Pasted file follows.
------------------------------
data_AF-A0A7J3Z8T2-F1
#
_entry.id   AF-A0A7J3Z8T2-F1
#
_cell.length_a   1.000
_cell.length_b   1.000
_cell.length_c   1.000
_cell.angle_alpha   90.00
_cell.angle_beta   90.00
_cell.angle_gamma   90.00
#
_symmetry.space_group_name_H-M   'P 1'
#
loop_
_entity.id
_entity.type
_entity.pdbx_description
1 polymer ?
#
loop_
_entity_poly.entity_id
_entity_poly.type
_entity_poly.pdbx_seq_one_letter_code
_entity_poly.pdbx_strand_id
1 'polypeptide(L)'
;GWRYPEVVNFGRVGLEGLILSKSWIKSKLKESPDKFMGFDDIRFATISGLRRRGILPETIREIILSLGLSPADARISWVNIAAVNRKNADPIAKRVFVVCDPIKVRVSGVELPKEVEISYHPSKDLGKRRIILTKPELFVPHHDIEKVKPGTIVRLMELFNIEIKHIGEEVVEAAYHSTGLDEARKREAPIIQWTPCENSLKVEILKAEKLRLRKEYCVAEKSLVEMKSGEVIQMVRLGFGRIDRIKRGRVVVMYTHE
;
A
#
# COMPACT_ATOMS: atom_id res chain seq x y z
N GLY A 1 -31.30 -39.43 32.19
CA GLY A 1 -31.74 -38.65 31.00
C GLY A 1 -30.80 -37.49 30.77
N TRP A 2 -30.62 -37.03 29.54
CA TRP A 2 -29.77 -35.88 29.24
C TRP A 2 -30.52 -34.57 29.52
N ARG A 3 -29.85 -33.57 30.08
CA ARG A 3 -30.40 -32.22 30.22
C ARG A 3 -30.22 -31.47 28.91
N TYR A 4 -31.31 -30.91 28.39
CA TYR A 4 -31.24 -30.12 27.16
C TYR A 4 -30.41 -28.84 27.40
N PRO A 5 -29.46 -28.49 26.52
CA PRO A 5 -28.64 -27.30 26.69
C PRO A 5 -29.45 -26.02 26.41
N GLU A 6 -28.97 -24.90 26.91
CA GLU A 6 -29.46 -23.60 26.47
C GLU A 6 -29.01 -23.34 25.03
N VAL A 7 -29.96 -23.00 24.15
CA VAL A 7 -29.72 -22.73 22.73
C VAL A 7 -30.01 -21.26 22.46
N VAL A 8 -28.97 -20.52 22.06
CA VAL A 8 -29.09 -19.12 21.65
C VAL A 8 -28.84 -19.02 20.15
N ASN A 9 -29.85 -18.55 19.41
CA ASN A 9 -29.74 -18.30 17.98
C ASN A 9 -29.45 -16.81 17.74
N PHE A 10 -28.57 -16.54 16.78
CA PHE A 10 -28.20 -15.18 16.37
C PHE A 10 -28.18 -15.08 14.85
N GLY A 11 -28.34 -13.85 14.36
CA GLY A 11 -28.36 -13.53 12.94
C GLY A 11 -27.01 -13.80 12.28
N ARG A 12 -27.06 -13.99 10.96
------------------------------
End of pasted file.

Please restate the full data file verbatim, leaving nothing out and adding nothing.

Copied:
data_AF-A0A7J3Z8T2-F1
#
_entry.id   AF-A0A7J3Z8T2-F1
#
_cell.length_a   1.000
_cell.length_b   1.000
_cell.length_c   1.000
_cell.angle_alpha   90.00
_cell.angle_beta   90.00
_cell.angle_gamma   90.00
#
_symmetry.space_group_name_H-M   'P 1'
#
loop_
_entity.id
_entity.type
_entity.pdbx_description
1 polymer ?
#
loop_
_entity_poly.entity_id
_entity_poly.type
_entity_poly.pdbx_seq_one_letter_code
_entity_poly.pdbx_strand_id
1 'polypeptide(L)'
;GWRYPEVVNFGRVGLEGLILSKSWIKSKLKESPDKFMGFDDIRFATISGLRRRGILPETIREIILSLGLSPADARISWVNIAAVNRKNADPIAKRVFVVCDPIKVRVSGVELPKEVEISYHPSKDLGKRRIILTKPELFVPHHDIEKVKPGTIVRLMELFNIEIKHIGEEVVEAAYHSTGLDEARKREAPIIQWTPCENSLKVEILKAEKLRLRKEYCVAEKSLVEMKSGEVIQMVRLGFGRIDRIKRGRVVVMYTHE
;
A
#
# COMPACT_ATOMS: atom_id res chain seq x y z
N GLY A 1 -31.30 -39.43 32.19
CA GLY A 1 -31.74 -38.65 31.00
C GLY A 1 -30.80 -37.49 30.77
N TRP A 2 -30.62 -37.03 29.54
CA TRP A 2 -29.77 -35.88 29.24
C TRP A 2 -30.52 -34.57 29.52
N ARG A 3 -29.85 -33.57 30.08
CA ARG A 3 -30.40 -32.22 30.22
C ARG A 3 -30.22 -31.47 28.91
N TYR A 4 -31.31 -30.91 28.39
CA TYR A 4 -31.24 -30.12 27.16
C TYR A 4 -30.41 -28.84 27.40
N PRO A 5 -29.46 -28.49 26.52
CA PRO A 5 -28.64 -27.30 26.69
C PRO A 5 -29.45 -26.02 26.41
N GLU A 6 -28.97 -24.90 26.91
CA GLU A 6 -29.46 -23.60 26.47
C GLU A 6 -29.01 -23.34 25.03
N VAL A 7 -29.96 -23.00 24.15
CA VAL A 7 -29.72 -22.73 22.73
C VAL A 7 -30.01 -21.26 22.46
N VAL A 8 -28.97 -20.52 22.06
CA VAL A 8 -29.09 -19.12 21.65
C VAL A 8 -28.84 -19.02 20.15
N ASN A 9 -29.85 -18.55 19.41
CA ASN A 9 -29.74 -18.30 17.98
C ASN A 9 -29.45 -16.81 17.74
N PHE A 10 -28.57 -16.54 16.78
CA PHE A 10 -28.20 -15.18 16.37
C PHE A 10 -28.18 -15.08 14.85
N GLY A 11 -28.34 -13.85 14.36
CA GLY A 11 -28.36 -13.53 12.94
C GLY A 11 -27.01 -13.80 12.28
N ARG A 12 -27.06 -13.99 10.96